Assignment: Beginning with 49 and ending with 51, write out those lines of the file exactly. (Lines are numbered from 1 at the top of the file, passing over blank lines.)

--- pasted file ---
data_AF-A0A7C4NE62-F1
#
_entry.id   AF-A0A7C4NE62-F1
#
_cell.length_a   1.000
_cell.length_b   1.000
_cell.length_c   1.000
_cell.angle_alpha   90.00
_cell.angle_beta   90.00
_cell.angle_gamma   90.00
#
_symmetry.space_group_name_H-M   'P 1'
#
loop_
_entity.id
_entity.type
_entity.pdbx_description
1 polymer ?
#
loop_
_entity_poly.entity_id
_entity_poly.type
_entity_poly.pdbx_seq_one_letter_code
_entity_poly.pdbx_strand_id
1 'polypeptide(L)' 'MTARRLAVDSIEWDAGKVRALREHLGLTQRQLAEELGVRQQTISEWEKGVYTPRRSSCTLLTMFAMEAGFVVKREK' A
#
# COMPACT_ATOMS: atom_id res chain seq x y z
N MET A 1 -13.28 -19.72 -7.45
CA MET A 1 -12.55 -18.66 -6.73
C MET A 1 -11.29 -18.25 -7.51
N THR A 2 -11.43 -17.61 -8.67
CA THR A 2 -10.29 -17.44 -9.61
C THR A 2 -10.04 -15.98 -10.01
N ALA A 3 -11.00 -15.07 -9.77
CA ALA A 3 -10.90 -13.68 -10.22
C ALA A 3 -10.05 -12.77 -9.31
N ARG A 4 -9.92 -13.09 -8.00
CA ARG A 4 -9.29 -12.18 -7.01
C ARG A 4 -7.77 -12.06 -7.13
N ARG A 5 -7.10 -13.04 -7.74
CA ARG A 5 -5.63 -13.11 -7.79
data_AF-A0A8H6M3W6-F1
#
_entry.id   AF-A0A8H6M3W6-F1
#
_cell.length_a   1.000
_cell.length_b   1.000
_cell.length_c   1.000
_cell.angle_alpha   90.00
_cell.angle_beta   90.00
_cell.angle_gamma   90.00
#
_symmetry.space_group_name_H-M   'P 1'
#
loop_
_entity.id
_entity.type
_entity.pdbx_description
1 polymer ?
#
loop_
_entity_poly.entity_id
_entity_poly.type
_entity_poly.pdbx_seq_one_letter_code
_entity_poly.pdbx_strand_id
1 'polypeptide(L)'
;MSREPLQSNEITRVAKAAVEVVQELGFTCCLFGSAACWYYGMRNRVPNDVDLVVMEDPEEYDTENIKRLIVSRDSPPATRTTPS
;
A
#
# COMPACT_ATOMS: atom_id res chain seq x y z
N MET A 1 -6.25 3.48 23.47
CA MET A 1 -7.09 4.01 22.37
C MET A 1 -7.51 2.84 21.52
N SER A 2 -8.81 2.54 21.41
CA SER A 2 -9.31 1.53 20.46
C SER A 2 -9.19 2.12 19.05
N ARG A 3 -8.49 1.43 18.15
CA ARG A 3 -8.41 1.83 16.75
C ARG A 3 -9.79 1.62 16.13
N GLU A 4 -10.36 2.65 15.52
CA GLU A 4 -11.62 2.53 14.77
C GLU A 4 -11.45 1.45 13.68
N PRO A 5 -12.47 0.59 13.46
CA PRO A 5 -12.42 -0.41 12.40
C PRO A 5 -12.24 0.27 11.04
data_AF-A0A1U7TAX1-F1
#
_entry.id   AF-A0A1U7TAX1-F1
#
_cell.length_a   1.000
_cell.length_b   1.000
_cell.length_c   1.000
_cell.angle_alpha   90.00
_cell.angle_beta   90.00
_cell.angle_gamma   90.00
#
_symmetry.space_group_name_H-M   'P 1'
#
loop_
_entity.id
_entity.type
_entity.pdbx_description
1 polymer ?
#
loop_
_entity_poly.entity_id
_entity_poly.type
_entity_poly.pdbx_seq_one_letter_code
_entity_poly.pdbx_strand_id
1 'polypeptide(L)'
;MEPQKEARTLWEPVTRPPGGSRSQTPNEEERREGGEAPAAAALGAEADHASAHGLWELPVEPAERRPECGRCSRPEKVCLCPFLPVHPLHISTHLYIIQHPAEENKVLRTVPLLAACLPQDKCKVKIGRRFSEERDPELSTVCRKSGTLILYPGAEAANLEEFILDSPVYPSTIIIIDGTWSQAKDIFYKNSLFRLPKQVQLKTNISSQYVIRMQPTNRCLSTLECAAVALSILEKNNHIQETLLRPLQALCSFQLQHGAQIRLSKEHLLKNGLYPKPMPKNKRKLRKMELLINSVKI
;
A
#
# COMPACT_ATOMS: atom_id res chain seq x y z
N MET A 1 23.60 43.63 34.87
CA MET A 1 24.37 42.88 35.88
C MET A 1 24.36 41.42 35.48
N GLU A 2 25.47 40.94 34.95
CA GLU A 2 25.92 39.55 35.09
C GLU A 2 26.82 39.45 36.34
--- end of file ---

_cell.angle_alpha   90.00
_cell.angle_beta   90.00
_cell.angle_gamma   90.00